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Transcript of Native Tribes
Patarabueyes of La Junta
When the spanish first entered the Trans-Pecos they encountered settled people living in pueblos ( villages) in the vicinity of presidio, Texas who were part-time farmers. They called those people the Patarabueyes, this is actually three spanish words combined into one Partarabuyes (to kick), A (to or at), Bueyes (oxen). Around 1580, Spanish soldiers bestowed this name to the people who lived in the the intermontain basin that today we call the Presidio Bolson. Here in this valley, the Conchos River, flowing north out of Mexico, confluences with the Rio Grande at what came to be known as La J unta de los Rios. The name patarabueyes is significant in several ways. First, it is an example of how Spanish colonization served to change or muddle a pre-existing network of relationships among the native people of northern Mexico and Texas. The Spanish soldiers knew full well that the people of this valley had other names for themselves, names that had a history and meaning to them and there neighbors.
The Tigua Indians of Texas
Tribal History of the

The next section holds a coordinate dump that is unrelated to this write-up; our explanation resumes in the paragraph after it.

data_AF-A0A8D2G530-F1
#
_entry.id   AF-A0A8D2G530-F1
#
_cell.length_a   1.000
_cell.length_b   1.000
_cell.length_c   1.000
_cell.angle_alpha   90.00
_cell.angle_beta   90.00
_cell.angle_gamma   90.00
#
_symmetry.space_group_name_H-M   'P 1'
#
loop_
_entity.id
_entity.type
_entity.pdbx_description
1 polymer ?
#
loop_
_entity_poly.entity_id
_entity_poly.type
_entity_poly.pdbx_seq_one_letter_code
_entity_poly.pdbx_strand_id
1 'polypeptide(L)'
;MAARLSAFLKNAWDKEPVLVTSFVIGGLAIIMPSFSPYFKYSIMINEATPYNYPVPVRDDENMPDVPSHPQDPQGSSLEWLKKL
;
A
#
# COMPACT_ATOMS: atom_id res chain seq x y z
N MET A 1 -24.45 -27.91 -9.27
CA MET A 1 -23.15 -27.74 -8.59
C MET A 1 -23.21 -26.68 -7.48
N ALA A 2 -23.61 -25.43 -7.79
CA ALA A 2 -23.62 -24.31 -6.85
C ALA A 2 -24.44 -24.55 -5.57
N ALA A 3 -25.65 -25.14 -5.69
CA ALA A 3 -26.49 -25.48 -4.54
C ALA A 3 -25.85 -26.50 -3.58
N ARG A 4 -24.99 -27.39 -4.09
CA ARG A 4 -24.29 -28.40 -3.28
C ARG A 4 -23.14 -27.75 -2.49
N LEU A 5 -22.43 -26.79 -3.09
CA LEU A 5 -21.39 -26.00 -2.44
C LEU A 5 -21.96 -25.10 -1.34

Hundreds of years ago, long before settlers
came to this land, these mountains, plains and deserts belonged to the Mescalero Apaches. No other Native Americans in the Southwest caused the terror and constant fear in the settlers as the Apaches did throughout their fierce existence.They raided Spanish, Mexican, and American settlers,and were known to be expert guerrila fighters who defended their homelands.The Mescalero were essentially nomadic hunters and warriors, dwelling at one place for a temporary time in brush shelter known as a "Wiki up"; short rounded dwelings made from twings or teepees made of elk hide and buffalo hides. The Mescalero
freely throughout the Southwest including Texas,
Arizona, Chihuahua Mexico and Sonora Mexico. Alpache warriors hunted buffalo , deer , and antelope.Most of the women would spent time gathering seeds to eat or plant.
here is a Pueblo village